Instructor Profiles | Arakan Martial Art


 



 
Starting to write this article I asked myself do I include all the interesting events, ups and down I’ve endured along my Arakan journey hmmm….. yes. Just like training there will always be peaks and troughs and times where lessons are harder than others and times where the planets align and everything seems to fall into place. Whether its physical, mental or emotional Arakan has always taught me and given me the strength to battle through any situation. On the flip side of this Arakan is the place where I have had the best times of my life and met my best friends, amazing training partners and my partner and mother of my child. On top of this I’ve had such an incredible, patient and understanding mentor and instructor Rob Kyaw to guide me along the way.
 
Writing this, feels like a lot of Arakan lessons I teach. I always think to myself, "I have an hour to share as much as possible in an art that could easily go for a few lifetimes, yet I don't want to dilute anything". I guess that is one of the reasons why we are taught to always have urgency with what we do; there is so much to learn, so don't stuff around and make the most of the time that you have....
 
I remember meeting Richie when he was approximately fifteen years old, I was teaching at Southport High School, when Richie and his group of friends enquired about what is was that I was teaching. After a brief conversation, the boys convinced me to start teaching them on a weekly basis. I will always remember these classes very fondly, a group of boys just training hard without too many conscious desired goals. Richie was always very athletic and coordinated and would love to learn everything he could about fighting; a passion will still share approximately twenty years later. 
 
I love spending time with Ben; we may be training really hard together or just having a laugh after training, Ben is always such a pleasure to spend time with. Ben has been training for over 9 years now and is a talent, successful, honest and humble person, these are qualities in a person that I value highly. Ben is always so open to learn and grow, no matter what the topic may be, which makes him a true warrior of life. 
 
I love sharing Arakan with ladies. Seeing how much a student develops and grows, seeing them become more confident and empowered through Arakan. That has to be one of the greatest gifts as an instructor.
 
I have had the privilege of being Nathan’s Instructor for over a decade now (please check). Over this time Nathan has become one of the highest exponents of the art and one of the most senior Instructors of our club. Nathan is a machine, his training ethics and the level of effort he puts into training is always of an elite level. Thanks Nath, for being always open to growing and learning, you are a true Arakan Warrior...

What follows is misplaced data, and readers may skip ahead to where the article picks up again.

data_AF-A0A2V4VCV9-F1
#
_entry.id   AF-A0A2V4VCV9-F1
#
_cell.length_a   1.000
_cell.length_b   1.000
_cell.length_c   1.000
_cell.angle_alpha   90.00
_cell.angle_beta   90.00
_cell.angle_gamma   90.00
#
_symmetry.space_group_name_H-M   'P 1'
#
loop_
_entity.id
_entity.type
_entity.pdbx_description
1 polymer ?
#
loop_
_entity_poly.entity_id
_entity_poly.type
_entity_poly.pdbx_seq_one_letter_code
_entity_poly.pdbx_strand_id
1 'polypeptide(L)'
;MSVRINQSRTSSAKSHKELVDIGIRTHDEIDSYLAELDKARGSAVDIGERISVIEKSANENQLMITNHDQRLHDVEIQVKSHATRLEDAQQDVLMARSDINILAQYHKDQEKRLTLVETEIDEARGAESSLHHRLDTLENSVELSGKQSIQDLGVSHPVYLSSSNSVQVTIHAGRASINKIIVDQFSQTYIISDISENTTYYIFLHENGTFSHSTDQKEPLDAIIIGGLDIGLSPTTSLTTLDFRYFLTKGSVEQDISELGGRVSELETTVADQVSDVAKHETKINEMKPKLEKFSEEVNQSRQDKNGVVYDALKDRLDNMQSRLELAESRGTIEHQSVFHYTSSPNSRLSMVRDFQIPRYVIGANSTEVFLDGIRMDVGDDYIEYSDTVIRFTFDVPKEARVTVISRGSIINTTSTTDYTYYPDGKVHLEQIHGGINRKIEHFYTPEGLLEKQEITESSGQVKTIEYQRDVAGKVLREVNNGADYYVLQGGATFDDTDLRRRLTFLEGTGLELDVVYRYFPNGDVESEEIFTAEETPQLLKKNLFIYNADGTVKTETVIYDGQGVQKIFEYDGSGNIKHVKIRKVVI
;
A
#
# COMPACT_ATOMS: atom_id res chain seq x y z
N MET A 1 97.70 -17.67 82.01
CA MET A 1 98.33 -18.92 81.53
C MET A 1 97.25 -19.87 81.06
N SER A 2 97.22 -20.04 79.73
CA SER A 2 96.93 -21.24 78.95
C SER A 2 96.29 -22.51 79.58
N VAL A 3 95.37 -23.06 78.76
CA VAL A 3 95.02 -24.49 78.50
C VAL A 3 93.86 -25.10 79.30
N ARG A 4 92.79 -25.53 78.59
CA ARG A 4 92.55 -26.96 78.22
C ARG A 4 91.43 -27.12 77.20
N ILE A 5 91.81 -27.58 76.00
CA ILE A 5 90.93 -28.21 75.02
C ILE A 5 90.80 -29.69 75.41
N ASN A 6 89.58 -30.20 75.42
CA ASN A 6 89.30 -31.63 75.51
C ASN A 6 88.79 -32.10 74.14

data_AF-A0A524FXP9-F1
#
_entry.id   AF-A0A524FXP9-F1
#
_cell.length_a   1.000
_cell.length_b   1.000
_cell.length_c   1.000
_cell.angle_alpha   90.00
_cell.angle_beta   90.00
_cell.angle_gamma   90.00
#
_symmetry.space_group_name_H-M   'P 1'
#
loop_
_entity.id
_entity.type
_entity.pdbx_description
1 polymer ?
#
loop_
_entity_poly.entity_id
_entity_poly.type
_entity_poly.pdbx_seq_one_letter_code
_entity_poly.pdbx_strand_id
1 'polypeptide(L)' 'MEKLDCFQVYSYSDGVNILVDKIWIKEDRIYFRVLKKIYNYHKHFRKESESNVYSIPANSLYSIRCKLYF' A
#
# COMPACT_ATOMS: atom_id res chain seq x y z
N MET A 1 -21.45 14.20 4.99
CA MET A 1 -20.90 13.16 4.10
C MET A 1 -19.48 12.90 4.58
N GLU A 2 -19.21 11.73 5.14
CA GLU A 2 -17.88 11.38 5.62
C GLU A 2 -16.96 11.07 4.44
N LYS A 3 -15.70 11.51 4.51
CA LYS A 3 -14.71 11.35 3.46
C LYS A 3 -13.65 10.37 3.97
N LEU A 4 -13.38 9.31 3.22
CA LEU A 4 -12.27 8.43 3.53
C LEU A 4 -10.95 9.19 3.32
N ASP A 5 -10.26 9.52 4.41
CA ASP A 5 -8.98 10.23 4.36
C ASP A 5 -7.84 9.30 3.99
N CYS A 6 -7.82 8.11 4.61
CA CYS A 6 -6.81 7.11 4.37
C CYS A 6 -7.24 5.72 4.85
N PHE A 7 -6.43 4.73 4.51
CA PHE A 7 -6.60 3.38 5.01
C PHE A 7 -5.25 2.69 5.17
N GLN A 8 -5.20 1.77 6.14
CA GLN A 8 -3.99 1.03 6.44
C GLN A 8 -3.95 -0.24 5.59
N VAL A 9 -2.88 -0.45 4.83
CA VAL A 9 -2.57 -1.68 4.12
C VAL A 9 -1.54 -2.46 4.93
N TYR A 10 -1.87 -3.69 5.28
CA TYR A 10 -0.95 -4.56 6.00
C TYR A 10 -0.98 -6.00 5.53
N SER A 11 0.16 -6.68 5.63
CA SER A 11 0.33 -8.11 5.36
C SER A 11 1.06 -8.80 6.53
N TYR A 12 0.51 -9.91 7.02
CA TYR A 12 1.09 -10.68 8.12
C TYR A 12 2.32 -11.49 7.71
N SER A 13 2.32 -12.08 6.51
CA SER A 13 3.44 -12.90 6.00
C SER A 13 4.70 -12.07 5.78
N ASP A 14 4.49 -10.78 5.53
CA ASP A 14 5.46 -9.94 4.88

At the ripe age of 48 i felt i needed something else to focus on other than work. I had little spare time but knew that if i enjoyed what i did i would find the time.

After training privately with Grant Cosgrove for just over a year now, i have found the art has helped mind, body and spirit immensely. The training is practical, enjoyable and doesnt impact too heavily on the body unlike other arts or sports.

I also had the pleasure of attending various training seminars throughout the year at interesting locations led by Chief instructor Rob and his army of top instructors, which whilst tested the nerve, really reinforced the art in real life situations.

The respect that is shown towards the students by both fellow students & instructors is an absolute credit to the organisation, hence why it continues to grow in popularity.

If anyone of any age is considering adding something special to their personal status, take a complimentary class in Arakan as i did and enjoy the journey.

Dave Stringer




Being in the Moment
Contrary to what many people think, a long term disciplined practice in martial arts can help you become more tolerant, calm and peaceful, rather than aggressive. 
Many people avoid training in a martial art because they’re “not a violent person”,  in fact, it’s a misconception that martial arts equates to violence.  This misconception actually robs people of a martial arts journey as well as the massive array of benefits that form part of that journey.
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Time - the key to success

In todays’ society we expect so much so quickly. There is always so much pressure on ourselves and people around us to gain immediate results, no matter what the venture maybe. 

Our concept of time has changed dramatically; I often hear comments such as, “I have been training for so long now, it’s been almost three years,” and “I have given myself three months to see if my new business can make big profits,” and “it’s time to find a new job, I have been in this same job for two years, it’s been too long.”

Malcolm Gladwell, in his book Outliers states that it takes 10,000 hours for someone to master a topic...

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